3 October 2015

Why does the Vatican have a Swiss Guard?

Late in the Middle Ages, it became a tradition to recruit Swiss mercenaries as special military units.
Frans Willem Lantink
dr. mr. Frans Willem Lantink, International and Political History
©iStock.com/apomares Twee leden van de Zwitserse Garde
Two members of the Swiss Guard. Photo: ©iStock.com/apomares

Medieval tradition

The origins of the Swiss Guard date back over five hundred years. Late in the Middle Ages, it became a tradition to recruit Swiss mercenaries as special military units. The Swiss soldiers were famous for their military professionalism.

Special bodyguards for monarchs

These Swiss regiments were often deployed as special bodyguards for monarchs, such as the king of France. The Swiss Guard in France fell defending King Louis XVI, the last king of France, in the centre of Paris in 1792. The last Swiss regiments in the Netherlands were disbanded by King Willem I in 1829.

The only Swiss Guard that is still active today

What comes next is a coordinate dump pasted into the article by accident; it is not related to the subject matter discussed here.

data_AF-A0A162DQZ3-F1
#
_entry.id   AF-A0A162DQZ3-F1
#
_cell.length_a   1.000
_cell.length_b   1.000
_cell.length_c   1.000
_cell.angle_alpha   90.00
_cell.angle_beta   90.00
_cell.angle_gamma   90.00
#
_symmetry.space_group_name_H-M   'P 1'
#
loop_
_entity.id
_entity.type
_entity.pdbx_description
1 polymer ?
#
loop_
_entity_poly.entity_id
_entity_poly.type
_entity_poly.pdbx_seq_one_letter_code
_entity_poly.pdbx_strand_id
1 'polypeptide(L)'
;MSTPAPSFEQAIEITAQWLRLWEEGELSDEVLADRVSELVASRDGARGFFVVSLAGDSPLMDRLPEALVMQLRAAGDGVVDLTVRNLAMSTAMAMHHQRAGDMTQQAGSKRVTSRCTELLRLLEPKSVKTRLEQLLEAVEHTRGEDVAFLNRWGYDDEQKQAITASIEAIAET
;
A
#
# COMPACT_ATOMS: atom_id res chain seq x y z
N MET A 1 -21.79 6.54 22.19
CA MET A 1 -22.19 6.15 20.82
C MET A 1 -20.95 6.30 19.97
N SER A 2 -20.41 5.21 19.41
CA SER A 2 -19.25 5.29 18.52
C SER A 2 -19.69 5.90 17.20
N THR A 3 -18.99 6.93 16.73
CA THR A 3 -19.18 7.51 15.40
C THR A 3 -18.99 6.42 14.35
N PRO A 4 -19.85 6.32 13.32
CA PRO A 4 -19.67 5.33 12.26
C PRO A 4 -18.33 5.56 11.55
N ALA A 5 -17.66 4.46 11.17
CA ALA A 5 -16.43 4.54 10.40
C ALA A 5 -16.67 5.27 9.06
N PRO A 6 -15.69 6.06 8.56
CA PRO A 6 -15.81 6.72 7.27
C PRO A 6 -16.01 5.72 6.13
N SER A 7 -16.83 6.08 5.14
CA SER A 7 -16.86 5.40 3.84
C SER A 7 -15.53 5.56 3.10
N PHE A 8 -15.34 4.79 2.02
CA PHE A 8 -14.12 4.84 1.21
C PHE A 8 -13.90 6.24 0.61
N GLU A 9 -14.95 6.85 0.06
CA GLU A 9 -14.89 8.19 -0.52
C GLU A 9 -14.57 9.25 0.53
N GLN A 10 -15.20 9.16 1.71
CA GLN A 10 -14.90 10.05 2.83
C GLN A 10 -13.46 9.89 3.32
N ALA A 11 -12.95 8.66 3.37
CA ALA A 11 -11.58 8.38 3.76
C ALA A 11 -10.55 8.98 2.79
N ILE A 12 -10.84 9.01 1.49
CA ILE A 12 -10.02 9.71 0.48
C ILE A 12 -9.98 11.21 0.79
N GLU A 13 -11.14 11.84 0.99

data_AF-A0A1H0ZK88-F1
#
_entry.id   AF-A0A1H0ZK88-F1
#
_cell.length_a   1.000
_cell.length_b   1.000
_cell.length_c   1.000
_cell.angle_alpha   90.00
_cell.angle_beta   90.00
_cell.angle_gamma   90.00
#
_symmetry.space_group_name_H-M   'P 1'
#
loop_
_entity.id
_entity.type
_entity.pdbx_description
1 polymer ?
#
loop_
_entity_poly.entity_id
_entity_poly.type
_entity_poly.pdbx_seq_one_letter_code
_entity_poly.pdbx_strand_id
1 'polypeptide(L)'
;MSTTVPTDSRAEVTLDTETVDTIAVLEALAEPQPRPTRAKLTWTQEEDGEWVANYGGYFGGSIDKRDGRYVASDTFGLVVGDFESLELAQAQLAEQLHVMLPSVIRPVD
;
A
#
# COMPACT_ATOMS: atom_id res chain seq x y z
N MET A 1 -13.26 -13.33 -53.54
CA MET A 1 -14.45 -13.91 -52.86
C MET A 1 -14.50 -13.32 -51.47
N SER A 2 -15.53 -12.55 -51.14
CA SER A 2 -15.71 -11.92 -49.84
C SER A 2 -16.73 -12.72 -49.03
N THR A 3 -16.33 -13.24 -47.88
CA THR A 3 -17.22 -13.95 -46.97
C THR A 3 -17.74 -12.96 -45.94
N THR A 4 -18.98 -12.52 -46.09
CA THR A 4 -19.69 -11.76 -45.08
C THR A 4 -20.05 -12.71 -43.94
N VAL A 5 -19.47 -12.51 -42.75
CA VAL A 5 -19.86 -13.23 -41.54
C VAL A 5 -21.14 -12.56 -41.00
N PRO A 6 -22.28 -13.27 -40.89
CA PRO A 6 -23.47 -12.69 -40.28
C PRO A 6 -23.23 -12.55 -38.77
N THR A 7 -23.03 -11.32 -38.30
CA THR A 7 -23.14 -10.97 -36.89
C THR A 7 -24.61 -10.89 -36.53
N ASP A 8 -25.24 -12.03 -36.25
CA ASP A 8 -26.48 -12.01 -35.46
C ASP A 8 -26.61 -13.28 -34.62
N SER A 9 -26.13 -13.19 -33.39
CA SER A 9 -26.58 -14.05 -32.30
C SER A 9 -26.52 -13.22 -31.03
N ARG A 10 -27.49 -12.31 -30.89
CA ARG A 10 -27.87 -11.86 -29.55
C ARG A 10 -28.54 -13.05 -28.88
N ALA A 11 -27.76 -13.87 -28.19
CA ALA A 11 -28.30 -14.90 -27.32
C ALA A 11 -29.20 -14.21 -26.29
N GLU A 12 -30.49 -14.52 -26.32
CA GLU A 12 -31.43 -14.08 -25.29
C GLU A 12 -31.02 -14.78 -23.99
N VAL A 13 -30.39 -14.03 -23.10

The Swiss Guard of the Vatican is the only Swiss Guard that is still active today. The unit was founded by Pope Julius II in 1506. Many guards died protecting a later pope during the looting of Rome of 1527 (commemorating the anniversary of this 'martyrdom' has since become a tradition).

The tradition of a personal guard is preserved. 

Until 1860, popes were also the secular rulers of Central Italy and had their own armies. This papal land ownership was lost in the unification of Italy, with the exception of the city of Rome. Today, Vatican City is a sovereign city state. The tradition of a personal guard for the head of state, the pope, is preserved. This guard still consists of young Swiss - Catholic - men up to age 30.